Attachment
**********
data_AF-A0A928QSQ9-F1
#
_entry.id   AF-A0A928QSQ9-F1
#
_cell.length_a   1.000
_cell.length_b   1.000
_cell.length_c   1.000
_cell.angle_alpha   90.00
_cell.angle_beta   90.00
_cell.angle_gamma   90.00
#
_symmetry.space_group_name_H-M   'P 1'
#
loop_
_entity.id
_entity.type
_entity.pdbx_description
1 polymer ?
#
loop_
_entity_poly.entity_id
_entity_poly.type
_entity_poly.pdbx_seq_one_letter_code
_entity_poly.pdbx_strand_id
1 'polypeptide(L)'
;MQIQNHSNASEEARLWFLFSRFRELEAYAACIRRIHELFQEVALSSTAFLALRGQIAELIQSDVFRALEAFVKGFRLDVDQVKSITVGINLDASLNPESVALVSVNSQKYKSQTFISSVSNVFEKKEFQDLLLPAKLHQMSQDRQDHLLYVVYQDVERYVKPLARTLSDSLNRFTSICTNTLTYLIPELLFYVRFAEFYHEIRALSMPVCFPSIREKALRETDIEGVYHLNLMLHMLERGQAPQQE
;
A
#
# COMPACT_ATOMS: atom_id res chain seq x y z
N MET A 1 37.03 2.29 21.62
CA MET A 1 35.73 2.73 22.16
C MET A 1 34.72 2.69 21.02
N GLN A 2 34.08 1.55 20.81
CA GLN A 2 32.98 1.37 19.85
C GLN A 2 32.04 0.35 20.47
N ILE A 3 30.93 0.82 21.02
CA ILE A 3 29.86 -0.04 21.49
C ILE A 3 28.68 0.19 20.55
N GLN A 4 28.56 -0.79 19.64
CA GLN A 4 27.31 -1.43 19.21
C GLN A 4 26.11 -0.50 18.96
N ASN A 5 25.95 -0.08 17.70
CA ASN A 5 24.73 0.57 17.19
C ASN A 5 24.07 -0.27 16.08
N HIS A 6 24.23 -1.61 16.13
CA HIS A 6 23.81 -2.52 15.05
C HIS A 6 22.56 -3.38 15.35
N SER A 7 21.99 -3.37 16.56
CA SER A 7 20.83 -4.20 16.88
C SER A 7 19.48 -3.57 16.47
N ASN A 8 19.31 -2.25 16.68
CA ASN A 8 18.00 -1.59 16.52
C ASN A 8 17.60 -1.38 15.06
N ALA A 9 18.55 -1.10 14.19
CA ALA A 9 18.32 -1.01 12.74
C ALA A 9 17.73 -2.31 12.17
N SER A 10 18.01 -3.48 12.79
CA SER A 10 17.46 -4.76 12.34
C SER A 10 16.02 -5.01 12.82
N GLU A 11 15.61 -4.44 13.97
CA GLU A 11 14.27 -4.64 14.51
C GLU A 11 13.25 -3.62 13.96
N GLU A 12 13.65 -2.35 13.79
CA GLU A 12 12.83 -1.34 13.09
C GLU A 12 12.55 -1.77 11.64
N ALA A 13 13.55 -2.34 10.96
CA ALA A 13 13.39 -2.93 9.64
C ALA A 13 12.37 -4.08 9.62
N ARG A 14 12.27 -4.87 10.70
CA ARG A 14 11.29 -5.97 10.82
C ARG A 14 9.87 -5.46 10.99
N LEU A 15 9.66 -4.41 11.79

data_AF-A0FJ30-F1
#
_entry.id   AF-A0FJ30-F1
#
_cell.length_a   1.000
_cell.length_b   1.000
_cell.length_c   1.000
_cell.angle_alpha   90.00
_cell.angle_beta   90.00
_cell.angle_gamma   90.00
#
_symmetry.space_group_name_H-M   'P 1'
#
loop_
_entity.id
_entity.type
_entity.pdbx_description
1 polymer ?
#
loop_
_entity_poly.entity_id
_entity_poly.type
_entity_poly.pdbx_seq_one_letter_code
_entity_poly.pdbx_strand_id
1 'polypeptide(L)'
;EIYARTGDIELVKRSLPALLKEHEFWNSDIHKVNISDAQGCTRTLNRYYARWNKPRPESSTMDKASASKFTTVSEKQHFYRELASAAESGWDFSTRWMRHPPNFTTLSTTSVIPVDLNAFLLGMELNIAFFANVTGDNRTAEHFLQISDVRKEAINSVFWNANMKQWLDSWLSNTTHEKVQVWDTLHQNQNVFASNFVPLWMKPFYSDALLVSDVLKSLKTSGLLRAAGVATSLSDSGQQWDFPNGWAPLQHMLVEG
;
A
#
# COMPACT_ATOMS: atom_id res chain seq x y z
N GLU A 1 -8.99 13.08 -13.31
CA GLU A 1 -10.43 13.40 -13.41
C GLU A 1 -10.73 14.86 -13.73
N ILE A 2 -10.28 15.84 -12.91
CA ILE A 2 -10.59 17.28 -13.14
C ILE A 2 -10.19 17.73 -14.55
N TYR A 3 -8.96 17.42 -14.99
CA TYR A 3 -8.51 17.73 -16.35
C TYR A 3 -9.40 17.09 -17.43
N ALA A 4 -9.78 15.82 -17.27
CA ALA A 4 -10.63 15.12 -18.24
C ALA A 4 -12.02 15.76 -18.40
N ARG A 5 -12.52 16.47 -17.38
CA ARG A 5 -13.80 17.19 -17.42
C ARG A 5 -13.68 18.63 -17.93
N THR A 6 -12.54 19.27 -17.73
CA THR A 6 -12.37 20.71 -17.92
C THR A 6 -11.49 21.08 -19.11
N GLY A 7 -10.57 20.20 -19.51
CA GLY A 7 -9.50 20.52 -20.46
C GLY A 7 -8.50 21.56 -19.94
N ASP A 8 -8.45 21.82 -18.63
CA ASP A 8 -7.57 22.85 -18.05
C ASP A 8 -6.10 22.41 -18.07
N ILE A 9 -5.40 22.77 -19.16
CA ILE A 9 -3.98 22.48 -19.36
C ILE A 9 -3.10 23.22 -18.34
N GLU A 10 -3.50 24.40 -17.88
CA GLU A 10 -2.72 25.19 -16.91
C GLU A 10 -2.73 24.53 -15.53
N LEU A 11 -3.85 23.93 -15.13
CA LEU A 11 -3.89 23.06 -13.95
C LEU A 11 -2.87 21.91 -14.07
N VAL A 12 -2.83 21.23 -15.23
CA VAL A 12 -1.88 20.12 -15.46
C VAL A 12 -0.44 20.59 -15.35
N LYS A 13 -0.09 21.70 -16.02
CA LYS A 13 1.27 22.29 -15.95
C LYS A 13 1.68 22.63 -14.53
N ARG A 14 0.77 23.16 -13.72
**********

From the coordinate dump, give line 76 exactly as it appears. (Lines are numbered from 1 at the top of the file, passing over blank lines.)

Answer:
_entry.id   AF-A0FJ30-F1